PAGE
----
Alternatively, the article also suggested that the large amounts of information online may not be entirely a bad thing, as it teaches students how to filter through all the sources properly. The director of educational outreach at the Library of Congress, Elizabeth Ridgway was quoted saying, “If we can get students involved in the discovery process, we can help them to discover what these debates are and how to sift through the information.” This is a great way of looking at it. I think teaching students this skill will significantly improve their research abilities, and who knows, it may even encourage stronger citizen media!

The article goes on to say how there are seminars and sessions in place to instruct teachers on how to show students to filter through these sources, but it also mentions a website that is powered through Google as a stronger filtering system which includes only primary sources. Although they don’t provide the name of the site, it sounds promising!

While I always knew the information found online isn’t 100% credible, I definitely learned a valuable lesson today!

Infiltrate the Mainstream

Last week Mike and I started our new show, Infiltrate the Mainstream on Radio Laurier, and I have to say – it was quite the experience. Even though I  have my own show, this was different than what I’m used to. It’s a talk show where we’ve filtered through a bunch of news sources and pulled out the ones that we think the student body would be interested in and we talk about them. Bringing in our knowledge as communication students and what we’ve learned in this class, I really feel like our first show was a success.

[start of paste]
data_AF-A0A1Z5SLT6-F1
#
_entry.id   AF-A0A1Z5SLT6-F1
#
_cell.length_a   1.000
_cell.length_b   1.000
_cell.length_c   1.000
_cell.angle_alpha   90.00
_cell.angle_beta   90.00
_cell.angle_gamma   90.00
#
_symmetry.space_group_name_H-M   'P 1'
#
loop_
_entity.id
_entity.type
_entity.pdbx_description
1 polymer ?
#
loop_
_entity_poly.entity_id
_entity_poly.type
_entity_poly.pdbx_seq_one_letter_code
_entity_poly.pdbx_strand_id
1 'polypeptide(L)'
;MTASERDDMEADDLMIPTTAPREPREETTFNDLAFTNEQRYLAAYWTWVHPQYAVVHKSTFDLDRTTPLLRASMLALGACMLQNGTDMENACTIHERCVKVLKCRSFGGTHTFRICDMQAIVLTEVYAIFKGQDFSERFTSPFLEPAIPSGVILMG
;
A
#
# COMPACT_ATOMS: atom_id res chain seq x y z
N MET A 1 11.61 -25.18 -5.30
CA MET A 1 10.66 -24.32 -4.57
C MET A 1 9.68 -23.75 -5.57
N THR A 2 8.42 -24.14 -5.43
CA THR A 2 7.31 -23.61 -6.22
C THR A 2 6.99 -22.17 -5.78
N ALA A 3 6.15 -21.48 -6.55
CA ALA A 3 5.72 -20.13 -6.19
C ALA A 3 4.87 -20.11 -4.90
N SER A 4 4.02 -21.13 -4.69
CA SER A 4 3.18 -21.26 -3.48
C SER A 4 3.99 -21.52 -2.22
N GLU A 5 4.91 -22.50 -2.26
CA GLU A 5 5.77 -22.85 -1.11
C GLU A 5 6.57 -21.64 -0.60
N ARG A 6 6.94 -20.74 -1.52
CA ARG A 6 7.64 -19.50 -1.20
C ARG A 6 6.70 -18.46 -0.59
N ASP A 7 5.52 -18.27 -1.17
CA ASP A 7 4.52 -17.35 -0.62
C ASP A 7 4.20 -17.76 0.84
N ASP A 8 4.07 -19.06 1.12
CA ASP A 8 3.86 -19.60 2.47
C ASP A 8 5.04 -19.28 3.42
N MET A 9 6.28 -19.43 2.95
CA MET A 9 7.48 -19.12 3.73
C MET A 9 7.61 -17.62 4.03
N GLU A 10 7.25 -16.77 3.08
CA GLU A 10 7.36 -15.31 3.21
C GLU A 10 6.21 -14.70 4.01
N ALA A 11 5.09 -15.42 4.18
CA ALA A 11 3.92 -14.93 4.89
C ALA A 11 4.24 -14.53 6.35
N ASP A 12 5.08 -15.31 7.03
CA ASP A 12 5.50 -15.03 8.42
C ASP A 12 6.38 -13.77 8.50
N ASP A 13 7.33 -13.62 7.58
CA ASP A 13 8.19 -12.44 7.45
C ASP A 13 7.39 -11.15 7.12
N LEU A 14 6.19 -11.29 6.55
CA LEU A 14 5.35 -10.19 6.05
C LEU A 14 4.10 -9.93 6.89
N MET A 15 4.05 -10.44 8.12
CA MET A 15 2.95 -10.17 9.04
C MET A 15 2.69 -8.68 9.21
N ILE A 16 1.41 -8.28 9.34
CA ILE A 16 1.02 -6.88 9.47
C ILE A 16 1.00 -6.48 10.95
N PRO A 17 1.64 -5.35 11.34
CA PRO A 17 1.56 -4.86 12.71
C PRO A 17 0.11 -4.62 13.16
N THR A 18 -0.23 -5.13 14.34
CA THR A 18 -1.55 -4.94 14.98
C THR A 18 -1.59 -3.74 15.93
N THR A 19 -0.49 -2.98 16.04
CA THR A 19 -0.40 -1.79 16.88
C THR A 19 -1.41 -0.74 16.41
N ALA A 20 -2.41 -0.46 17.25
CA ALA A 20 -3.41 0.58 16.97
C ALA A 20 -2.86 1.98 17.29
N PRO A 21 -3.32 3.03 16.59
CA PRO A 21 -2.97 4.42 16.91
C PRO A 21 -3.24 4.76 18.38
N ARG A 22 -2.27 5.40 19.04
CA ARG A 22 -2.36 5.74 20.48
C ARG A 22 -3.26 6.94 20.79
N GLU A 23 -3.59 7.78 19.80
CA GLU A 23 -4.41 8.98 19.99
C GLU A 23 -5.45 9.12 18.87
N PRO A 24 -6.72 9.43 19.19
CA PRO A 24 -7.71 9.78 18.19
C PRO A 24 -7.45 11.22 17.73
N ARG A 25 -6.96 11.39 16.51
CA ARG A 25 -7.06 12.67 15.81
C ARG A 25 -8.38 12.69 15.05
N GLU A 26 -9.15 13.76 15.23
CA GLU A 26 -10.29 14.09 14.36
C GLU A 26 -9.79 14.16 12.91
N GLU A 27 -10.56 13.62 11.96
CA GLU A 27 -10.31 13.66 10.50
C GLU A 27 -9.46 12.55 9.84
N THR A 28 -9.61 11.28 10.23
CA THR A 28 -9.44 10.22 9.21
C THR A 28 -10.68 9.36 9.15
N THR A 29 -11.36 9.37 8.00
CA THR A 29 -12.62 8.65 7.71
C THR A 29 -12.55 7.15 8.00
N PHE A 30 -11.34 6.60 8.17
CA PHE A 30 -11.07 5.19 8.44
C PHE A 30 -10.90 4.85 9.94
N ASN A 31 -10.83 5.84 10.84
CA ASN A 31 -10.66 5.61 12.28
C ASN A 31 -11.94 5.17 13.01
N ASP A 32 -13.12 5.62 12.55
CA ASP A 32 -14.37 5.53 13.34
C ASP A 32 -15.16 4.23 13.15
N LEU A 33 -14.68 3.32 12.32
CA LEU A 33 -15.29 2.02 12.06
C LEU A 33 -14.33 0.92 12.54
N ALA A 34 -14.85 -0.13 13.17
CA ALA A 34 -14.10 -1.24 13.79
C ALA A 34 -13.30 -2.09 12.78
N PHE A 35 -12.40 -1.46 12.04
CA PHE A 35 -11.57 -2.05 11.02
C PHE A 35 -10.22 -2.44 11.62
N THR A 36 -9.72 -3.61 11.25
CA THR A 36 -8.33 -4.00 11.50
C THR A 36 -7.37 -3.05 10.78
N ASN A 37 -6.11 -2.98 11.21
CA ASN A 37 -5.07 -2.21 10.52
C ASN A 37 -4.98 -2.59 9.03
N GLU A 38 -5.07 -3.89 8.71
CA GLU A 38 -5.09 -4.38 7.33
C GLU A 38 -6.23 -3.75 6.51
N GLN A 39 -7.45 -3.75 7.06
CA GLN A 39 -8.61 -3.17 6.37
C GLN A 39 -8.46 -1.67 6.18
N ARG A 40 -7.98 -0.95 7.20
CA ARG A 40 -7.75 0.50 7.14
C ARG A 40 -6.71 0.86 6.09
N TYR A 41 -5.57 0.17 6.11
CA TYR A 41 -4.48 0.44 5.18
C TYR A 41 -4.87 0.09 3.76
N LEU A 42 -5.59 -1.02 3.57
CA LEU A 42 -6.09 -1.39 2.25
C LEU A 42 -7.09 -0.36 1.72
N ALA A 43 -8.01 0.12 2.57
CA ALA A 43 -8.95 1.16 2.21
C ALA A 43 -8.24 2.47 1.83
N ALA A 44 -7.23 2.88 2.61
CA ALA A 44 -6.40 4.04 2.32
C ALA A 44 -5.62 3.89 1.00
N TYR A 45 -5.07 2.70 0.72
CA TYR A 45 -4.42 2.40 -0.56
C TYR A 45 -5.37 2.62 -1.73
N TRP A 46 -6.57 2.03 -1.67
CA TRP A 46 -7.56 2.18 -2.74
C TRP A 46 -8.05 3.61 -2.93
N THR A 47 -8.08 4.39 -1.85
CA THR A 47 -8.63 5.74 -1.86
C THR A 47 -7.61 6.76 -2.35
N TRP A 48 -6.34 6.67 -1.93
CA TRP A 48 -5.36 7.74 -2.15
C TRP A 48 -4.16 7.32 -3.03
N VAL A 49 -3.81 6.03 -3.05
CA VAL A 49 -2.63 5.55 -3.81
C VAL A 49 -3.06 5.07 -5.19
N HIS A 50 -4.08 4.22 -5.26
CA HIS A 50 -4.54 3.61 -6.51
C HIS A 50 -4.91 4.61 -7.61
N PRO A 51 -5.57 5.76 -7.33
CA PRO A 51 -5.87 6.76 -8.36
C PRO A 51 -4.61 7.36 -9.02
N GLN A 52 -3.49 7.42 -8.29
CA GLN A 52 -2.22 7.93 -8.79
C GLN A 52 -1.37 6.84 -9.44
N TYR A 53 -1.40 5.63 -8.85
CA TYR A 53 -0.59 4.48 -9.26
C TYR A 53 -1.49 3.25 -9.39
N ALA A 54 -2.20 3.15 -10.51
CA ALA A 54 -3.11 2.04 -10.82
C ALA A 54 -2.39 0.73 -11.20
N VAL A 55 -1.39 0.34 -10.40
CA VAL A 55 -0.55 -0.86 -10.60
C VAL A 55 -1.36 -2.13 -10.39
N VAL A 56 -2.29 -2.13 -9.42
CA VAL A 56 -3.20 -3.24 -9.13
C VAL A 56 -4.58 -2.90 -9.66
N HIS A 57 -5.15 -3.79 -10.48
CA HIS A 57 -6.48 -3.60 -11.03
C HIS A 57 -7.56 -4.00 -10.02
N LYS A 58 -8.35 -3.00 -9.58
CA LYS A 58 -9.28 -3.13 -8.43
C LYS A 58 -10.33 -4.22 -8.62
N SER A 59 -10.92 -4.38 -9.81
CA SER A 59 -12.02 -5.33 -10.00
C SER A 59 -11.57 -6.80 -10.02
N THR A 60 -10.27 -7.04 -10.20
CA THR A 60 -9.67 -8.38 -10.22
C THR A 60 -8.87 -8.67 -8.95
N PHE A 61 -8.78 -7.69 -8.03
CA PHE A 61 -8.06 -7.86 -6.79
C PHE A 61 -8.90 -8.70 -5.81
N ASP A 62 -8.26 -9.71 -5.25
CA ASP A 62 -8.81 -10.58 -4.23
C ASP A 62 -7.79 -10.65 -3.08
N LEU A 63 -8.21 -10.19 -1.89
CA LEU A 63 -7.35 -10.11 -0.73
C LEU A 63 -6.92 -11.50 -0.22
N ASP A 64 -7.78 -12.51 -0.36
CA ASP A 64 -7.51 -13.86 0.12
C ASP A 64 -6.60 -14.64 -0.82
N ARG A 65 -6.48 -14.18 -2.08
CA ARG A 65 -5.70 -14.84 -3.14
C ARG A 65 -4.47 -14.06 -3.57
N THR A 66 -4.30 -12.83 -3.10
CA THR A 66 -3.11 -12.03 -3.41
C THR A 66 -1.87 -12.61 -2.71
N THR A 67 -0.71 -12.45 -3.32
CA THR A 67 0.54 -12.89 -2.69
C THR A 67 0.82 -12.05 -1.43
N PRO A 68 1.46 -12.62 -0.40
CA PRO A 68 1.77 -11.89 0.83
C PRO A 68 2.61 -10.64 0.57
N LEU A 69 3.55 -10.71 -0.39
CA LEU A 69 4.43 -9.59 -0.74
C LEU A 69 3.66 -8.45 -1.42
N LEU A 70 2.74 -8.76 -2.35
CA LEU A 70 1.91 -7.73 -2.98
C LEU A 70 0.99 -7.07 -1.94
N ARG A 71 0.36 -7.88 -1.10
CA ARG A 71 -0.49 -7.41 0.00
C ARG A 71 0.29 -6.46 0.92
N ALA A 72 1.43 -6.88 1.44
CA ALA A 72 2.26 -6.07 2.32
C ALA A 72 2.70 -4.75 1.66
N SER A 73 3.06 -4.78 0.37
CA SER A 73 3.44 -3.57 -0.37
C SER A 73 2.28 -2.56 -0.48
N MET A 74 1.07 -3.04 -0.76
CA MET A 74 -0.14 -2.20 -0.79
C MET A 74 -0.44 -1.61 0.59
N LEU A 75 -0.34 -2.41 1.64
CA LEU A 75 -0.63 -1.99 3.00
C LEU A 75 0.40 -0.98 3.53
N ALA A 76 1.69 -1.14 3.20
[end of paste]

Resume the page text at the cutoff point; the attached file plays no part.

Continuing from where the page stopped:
While we still have a lot of kinks to work out, I think we have a pretty good handle on how we’re going to present the news. I’m not going to go into detail about everything we talked about, you can check that out on the Radio Laurier blog we’ll be posting every week.

What I do want to discuss though, is the experience of getting everything together. I really enjoy having a show to talk about news as I feel that is something lacking from Radio Laurier, speaking as a devoted volunteer. Especially on a university campus, I’m surprised there aren’t more ways people are engaging with everyday news. I briefly said this on last week’s show, and maybe it’s worth discussing this week, but I think a lot of students struggle to stay up to date with current happenings in the news when we are so focused on our school work. I rarely have time to watch the news, and I still don’t feel connected to what is going on.